Bil’s rating (out of 5):.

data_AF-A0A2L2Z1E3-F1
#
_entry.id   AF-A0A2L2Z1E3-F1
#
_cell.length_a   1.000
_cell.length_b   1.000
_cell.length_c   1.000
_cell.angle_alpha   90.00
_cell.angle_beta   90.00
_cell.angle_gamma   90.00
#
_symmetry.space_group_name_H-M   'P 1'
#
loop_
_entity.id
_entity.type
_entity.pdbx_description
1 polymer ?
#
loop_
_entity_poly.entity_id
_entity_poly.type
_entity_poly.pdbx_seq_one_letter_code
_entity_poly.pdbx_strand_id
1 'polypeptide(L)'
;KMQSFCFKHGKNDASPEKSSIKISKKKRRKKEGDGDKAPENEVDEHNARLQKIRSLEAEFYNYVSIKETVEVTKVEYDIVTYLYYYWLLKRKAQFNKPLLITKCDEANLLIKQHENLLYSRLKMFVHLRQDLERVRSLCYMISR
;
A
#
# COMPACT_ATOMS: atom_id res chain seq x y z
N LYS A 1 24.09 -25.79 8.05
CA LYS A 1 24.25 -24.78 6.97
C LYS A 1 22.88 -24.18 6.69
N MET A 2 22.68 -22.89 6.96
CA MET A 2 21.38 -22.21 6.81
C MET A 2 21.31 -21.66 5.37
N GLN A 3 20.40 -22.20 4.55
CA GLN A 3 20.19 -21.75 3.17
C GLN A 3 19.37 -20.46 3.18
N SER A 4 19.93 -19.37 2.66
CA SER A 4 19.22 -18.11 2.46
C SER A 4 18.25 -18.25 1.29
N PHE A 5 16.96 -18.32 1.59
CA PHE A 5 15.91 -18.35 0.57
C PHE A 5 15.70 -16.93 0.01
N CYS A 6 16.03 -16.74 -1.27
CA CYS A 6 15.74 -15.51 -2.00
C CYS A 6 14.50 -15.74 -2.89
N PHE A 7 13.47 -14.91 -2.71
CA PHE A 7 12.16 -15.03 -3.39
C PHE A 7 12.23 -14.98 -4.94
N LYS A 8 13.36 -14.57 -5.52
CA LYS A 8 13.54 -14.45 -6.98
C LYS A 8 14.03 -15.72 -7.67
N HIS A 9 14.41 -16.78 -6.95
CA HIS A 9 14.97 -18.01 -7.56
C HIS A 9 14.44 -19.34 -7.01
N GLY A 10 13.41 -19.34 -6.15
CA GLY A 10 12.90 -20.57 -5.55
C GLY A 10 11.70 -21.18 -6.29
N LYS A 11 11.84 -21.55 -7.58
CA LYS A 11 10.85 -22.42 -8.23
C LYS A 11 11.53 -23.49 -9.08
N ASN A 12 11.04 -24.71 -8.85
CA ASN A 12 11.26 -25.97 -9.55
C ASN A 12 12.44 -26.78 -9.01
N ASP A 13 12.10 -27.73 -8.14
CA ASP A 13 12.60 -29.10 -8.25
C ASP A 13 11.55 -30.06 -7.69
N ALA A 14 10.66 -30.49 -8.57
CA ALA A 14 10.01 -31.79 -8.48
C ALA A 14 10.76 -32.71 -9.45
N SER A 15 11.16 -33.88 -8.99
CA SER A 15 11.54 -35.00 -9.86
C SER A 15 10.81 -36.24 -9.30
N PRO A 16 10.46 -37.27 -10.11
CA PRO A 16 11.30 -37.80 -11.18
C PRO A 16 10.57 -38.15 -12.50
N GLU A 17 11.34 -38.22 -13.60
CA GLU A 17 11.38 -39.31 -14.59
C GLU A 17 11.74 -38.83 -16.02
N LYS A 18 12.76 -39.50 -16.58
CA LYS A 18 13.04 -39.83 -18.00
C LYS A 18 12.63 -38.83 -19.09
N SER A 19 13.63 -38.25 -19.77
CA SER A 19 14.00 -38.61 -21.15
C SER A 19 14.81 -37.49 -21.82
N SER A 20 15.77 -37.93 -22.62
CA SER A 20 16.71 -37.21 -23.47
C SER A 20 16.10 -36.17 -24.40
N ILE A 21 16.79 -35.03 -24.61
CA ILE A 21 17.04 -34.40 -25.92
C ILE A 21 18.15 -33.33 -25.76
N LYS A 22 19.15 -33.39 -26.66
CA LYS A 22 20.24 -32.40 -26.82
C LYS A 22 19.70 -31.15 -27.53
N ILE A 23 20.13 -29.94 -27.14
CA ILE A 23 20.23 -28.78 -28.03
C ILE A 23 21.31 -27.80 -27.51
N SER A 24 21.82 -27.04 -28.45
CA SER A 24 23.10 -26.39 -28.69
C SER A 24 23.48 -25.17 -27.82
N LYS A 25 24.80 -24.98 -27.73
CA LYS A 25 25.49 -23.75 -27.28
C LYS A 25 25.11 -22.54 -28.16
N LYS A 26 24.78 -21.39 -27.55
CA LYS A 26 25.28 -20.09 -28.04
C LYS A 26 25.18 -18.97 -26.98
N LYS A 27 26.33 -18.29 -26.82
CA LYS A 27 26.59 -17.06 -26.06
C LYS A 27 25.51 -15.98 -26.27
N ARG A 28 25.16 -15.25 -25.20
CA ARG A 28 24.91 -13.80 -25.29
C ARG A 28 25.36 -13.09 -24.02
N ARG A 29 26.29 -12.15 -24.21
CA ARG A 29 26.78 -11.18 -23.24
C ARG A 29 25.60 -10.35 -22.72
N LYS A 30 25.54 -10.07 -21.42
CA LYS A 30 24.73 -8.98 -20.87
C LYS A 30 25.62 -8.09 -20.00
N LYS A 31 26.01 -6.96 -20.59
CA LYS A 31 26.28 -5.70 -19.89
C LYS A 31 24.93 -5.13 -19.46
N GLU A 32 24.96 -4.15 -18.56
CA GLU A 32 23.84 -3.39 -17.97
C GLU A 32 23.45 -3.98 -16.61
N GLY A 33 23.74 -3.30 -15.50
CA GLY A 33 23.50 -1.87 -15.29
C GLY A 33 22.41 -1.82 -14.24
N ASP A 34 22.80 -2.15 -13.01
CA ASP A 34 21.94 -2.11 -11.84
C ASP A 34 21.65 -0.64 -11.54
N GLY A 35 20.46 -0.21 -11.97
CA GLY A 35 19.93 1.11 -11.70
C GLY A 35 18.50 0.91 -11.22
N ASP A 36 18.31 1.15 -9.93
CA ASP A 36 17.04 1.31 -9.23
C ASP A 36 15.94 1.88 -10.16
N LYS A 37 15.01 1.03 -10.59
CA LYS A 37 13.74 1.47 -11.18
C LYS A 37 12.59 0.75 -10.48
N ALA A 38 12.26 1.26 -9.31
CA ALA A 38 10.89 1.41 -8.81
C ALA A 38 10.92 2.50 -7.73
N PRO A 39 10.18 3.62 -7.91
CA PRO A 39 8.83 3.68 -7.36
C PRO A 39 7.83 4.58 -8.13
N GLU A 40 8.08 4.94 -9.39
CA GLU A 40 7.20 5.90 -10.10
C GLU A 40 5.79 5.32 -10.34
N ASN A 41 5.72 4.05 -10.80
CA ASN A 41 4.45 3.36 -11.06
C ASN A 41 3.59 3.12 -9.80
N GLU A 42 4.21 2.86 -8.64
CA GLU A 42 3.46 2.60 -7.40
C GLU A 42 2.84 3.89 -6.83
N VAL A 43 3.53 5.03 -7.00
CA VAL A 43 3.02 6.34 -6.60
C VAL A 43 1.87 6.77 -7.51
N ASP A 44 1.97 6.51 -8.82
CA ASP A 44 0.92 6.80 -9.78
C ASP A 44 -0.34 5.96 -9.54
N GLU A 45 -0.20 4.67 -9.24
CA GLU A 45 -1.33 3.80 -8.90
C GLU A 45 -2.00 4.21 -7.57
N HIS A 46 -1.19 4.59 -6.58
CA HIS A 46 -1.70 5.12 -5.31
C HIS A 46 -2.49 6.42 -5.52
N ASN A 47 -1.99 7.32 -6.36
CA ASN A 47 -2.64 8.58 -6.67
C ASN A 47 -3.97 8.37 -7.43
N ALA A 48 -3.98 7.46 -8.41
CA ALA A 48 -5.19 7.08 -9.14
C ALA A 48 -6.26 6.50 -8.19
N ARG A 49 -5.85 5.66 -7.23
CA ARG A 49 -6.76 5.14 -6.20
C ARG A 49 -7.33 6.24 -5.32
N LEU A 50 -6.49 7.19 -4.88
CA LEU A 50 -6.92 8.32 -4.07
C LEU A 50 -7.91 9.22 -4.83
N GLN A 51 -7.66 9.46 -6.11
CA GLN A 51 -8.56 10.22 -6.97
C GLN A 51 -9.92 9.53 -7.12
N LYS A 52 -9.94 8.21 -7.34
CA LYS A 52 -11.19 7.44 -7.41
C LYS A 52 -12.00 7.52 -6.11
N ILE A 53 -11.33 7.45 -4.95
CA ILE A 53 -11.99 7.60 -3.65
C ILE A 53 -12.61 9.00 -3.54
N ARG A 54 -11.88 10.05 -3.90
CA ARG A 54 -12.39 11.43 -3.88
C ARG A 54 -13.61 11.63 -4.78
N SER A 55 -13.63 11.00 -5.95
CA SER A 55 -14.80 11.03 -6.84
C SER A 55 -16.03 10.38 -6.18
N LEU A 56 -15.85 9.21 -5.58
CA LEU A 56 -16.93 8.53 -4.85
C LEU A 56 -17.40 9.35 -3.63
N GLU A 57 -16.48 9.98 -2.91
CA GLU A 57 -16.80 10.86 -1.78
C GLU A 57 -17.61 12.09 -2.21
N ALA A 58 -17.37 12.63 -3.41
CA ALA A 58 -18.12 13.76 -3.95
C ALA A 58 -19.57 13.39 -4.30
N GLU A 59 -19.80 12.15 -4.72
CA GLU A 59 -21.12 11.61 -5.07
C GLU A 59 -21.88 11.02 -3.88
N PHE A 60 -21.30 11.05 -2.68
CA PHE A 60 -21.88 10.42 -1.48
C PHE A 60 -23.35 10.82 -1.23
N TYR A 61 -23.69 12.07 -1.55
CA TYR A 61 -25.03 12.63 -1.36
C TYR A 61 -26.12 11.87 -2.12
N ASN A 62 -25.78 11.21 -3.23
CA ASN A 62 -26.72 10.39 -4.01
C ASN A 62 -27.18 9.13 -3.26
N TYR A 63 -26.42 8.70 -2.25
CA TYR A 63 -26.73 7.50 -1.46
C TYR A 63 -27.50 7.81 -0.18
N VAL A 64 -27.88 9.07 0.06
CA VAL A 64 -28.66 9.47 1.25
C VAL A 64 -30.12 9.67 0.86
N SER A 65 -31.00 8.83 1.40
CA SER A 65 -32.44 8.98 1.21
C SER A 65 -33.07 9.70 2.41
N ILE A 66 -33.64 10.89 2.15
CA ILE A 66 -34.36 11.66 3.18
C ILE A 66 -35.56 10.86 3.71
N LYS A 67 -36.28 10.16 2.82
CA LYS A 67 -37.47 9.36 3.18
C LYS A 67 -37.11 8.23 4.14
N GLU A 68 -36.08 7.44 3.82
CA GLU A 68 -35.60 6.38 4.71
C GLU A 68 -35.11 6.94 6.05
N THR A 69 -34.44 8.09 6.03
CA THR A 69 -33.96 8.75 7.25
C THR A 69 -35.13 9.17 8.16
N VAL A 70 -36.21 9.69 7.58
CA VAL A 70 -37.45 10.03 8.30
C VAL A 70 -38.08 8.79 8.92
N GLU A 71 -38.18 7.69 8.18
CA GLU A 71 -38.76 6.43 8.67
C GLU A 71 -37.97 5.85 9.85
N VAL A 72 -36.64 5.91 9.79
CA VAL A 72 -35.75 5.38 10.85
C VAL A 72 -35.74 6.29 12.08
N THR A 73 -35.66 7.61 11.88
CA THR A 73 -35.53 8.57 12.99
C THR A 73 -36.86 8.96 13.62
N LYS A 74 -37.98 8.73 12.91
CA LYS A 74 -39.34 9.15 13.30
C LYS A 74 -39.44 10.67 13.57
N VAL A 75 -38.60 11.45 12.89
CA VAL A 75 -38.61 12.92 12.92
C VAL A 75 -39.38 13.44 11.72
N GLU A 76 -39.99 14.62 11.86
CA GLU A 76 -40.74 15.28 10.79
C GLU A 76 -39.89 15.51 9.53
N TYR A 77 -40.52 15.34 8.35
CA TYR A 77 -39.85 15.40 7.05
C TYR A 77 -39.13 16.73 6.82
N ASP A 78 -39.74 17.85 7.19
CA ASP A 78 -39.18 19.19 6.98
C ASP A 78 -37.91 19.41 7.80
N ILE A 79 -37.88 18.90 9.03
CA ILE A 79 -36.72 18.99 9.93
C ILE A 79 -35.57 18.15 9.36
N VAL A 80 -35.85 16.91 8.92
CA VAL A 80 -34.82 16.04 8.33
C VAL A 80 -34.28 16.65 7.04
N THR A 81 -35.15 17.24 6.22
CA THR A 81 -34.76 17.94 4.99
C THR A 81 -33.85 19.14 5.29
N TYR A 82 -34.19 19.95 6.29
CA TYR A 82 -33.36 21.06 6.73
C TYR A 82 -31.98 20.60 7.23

Loosely adapted from the Broadway musical of the same name but, as with many stage adaptations brought to the big screen in the forties, mostly rewritten and its score gutted. Only a few of Cole Porter’s songs remain (you can tell, because they’re the good ones) in this mess of a plot involving a tacky singer (Lena Horne making a deep impression in two numbers, and while she does a marvelous “Just One Of Those Things”, she elicits even more of our admiration for pulling off a song as bad as “The Sping” without embarrassing herself; Horne was often given parts that were designed to cause no harm to the film’s main plot when her scenes were cut out for distribution in the southern states, and this is a good example of such ridiculous bigotry (not to mention what pity one feels for an audience denied the one enjoyable aspect of this abysmal movie). Sothern is never convincing as trash, she would make a far better impression as bourgeois women in movies like A Letter To Three Wives a few years later, and her singing is passable at best, while a lengthy sequence involving the sailors smoking out sabotaging spies is an Abbott and Costello sketch that feels as if it was accidentally edited in from another movie. Vincente Minnelli made his uncredited directorial debut on a sequence shot after Norman Z. McLeod quit the gig.) who performs in a Panama nightclub while romancing an officer ( ) from a fine Philadelphia family. , and provide a Greek chorus of sorts as three sailors causing no end of trouble in the background, while and the film flits between their adventures and Sothern’s class-mobility panic love story without ever deciding what to do about any of them. The highlight of the film is an uncredited